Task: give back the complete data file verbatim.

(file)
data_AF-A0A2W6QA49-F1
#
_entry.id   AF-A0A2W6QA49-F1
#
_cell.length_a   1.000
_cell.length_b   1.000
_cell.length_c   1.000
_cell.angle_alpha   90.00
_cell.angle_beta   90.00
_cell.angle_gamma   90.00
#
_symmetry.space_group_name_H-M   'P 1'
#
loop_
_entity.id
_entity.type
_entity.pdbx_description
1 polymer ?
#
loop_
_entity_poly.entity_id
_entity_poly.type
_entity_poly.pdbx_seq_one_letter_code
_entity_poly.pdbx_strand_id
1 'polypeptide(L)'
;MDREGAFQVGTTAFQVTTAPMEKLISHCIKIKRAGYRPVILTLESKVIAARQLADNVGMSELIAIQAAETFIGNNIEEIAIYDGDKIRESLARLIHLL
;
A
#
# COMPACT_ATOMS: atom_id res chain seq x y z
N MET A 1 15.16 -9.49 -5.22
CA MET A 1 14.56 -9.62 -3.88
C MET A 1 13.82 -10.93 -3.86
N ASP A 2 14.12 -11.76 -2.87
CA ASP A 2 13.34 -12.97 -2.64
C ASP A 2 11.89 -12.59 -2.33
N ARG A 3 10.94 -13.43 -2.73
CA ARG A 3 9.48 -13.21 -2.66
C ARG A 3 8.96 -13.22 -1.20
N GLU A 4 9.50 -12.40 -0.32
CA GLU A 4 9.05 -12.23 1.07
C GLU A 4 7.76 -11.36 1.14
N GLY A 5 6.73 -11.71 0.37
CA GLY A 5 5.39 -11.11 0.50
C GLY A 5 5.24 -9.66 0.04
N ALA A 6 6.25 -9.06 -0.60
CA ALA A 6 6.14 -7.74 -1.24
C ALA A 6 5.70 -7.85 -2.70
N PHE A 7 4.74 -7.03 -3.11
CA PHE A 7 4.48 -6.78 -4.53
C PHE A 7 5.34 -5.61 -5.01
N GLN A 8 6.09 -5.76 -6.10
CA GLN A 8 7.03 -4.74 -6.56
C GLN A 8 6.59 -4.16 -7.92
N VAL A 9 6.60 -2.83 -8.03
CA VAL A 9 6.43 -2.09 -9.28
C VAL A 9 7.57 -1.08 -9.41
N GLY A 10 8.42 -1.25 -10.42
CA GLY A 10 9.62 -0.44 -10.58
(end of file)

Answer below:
data_AF-A0A2W6QA49-F1
#
_entry.id   AF-A0A2W6QA49-F1
#
_cell.length_a   1.000
_cell.length_b   1.000
_cell.length_c   1.000
_cell.angle_alpha   90.00
_cell.angle_beta   90.00
_cell.angle_gamma   90.00
#
_symmetry.space_group_name_H-M   'P 1'
#
loop_
_entity.id
_entity.type
_entity.pdbx_description
1 polymer ?
#
loop_
_entity_poly.entity_id
_entity_poly.type
_entity_poly.pdbx_seq_one_letter_code
_entity_poly.pdbx_strand_id
1 'polypeptide(L)'
;MDREGAFQVGTTAFQVTTAPMEKLISHCIKIKRAGYRPVILTLESKVIAARQLADNVGMSELIAIQAAETFIGNNIEEIAIYDGDKIRESLARLIHLL
;
A
#
# COMPACT_ATOMS: atom_id res chain seq x y z
N MET A 1 15.16 -9.49 -5.22
CA MET A 1 14.56 -9.62 -3.88
C MET A 1 13.82 -10.93 -3.86
N ASP A 2 14.12 -11.76 -2.87
CA ASP A 2 13.34 -12.97 -2.64
C ASP A 2 11.89 -12.59 -2.33
N ARG A 3 10.94 -13.43 -2.73
CA ARG A 3 9.48 -13.21 -2.66
C ARG A 3 8.96 -13.22 -1.20
N GLU A 4 9.50 -12.40 -0.32
CA GLU A 4 9.05 -12.23 1.07
C GLU A 4 7.76 -11.36 1.14
N GLY A 5 6.73 -11.71 0.37
CA GLY A 5 5.39 -11.11 0.50
C GLY A 5 5.24 -9.66 0.04
N ALA A 6 6.25 -9.06 -0.60
CA ALA A 6 6.14 -7.74 -1.24
C ALA A 6 5.70 -7.85 -2.70
N PHE A 7 4.74 -7.03 -3.11
CA PHE A 7 4.48 -6.78 -4.53
C PHE A 7 5.34 -5.61 -5.01
N GLN A 8 6.09 -5.76 -6.10
CA GLN A 8 7.03 -4.74 -6.56
C GLN A 8 6.59 -4.16 -7.92
N VAL A 9 6.60 -2.83 -8.03
CA VAL A 9 6.43 -2.09 -9.28
C VAL A 9 7.57 -1.08 -9.41
N GLY A 10 8.42 -1.25 -10.42
CA GLY A 10 9.62 -0.44 -10.58